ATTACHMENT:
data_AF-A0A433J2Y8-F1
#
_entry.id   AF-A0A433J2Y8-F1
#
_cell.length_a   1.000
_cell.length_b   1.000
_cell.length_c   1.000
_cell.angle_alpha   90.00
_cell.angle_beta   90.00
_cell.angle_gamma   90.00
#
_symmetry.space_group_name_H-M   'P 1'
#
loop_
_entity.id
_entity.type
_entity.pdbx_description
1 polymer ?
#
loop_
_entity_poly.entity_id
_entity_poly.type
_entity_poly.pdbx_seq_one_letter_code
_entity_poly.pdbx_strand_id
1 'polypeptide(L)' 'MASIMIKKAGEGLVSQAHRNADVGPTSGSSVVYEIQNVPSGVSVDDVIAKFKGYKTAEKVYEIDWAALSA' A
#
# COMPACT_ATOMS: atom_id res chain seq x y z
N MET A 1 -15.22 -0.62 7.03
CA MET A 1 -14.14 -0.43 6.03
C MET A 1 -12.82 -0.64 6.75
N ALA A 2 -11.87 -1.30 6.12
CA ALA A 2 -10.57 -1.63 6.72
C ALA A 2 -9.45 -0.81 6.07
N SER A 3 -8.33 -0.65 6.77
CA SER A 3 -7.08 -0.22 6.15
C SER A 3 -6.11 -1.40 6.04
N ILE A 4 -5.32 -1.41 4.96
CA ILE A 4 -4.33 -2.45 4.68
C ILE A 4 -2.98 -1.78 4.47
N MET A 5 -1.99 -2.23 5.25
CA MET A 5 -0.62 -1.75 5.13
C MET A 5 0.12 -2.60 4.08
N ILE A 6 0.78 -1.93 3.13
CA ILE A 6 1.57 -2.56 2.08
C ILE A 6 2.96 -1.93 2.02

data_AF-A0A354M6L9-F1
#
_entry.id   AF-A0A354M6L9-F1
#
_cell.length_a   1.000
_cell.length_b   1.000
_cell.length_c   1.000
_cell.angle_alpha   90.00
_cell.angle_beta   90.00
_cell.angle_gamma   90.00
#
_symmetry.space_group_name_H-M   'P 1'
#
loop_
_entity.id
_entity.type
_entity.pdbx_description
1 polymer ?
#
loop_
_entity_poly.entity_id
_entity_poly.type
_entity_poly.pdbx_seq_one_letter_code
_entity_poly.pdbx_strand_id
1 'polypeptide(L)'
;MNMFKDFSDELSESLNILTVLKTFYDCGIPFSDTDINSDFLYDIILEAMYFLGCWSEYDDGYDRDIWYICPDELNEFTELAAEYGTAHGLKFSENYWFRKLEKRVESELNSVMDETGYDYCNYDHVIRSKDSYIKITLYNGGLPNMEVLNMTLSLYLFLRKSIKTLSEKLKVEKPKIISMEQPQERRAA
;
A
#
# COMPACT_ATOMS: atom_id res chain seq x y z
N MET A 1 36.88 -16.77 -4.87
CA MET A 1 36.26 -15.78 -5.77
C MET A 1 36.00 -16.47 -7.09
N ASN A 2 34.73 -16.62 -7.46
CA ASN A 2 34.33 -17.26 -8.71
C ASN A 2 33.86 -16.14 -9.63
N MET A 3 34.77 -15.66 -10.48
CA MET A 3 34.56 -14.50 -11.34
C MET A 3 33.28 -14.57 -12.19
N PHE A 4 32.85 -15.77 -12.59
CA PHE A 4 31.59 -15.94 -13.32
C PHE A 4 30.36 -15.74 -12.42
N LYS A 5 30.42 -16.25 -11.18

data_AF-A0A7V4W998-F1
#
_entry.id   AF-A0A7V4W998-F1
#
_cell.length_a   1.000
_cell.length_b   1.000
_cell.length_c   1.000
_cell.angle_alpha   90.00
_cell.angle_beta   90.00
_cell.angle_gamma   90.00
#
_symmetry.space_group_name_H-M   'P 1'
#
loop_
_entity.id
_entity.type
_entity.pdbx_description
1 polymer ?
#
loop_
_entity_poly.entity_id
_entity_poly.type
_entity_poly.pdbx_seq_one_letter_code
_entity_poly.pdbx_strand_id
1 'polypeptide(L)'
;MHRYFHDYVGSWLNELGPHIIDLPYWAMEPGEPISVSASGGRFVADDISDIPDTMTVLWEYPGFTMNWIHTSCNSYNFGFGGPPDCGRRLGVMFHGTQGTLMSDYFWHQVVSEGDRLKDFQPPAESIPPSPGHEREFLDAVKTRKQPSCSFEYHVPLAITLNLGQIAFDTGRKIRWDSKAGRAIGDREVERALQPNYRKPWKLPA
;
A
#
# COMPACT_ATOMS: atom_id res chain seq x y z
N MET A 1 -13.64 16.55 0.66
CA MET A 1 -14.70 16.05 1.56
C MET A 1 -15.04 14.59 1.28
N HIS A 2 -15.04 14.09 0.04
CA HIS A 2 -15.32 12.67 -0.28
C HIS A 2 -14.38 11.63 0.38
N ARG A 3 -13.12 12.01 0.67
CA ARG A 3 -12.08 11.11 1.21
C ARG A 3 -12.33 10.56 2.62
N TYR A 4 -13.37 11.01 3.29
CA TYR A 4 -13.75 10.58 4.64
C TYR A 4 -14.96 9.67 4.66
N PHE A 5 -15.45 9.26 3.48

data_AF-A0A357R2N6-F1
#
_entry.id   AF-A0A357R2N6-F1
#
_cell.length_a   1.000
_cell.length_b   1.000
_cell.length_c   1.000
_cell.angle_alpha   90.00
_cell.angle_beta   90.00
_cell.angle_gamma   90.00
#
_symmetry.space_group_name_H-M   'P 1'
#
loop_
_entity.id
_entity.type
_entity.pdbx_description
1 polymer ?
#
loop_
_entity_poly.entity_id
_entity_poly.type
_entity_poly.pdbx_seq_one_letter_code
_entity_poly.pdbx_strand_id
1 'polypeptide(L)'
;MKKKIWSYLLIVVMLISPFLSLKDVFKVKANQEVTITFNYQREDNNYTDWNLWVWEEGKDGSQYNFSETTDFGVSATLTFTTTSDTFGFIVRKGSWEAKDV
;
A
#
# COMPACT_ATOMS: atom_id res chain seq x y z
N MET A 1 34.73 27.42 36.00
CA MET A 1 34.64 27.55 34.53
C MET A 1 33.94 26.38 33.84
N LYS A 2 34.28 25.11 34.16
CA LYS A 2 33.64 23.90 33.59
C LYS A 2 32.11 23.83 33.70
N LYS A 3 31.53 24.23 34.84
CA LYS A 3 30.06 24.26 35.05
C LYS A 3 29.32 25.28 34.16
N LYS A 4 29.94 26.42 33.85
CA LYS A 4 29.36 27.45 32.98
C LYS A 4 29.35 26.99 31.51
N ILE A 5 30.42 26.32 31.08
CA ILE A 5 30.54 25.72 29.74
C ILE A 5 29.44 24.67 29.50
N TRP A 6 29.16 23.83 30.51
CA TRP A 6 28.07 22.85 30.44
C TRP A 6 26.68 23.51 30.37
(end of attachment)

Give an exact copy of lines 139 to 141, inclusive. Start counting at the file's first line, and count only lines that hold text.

_cell.angle_alpha   90.00
_cell.angle_beta   90.00
_cell.angle_gamma   90.00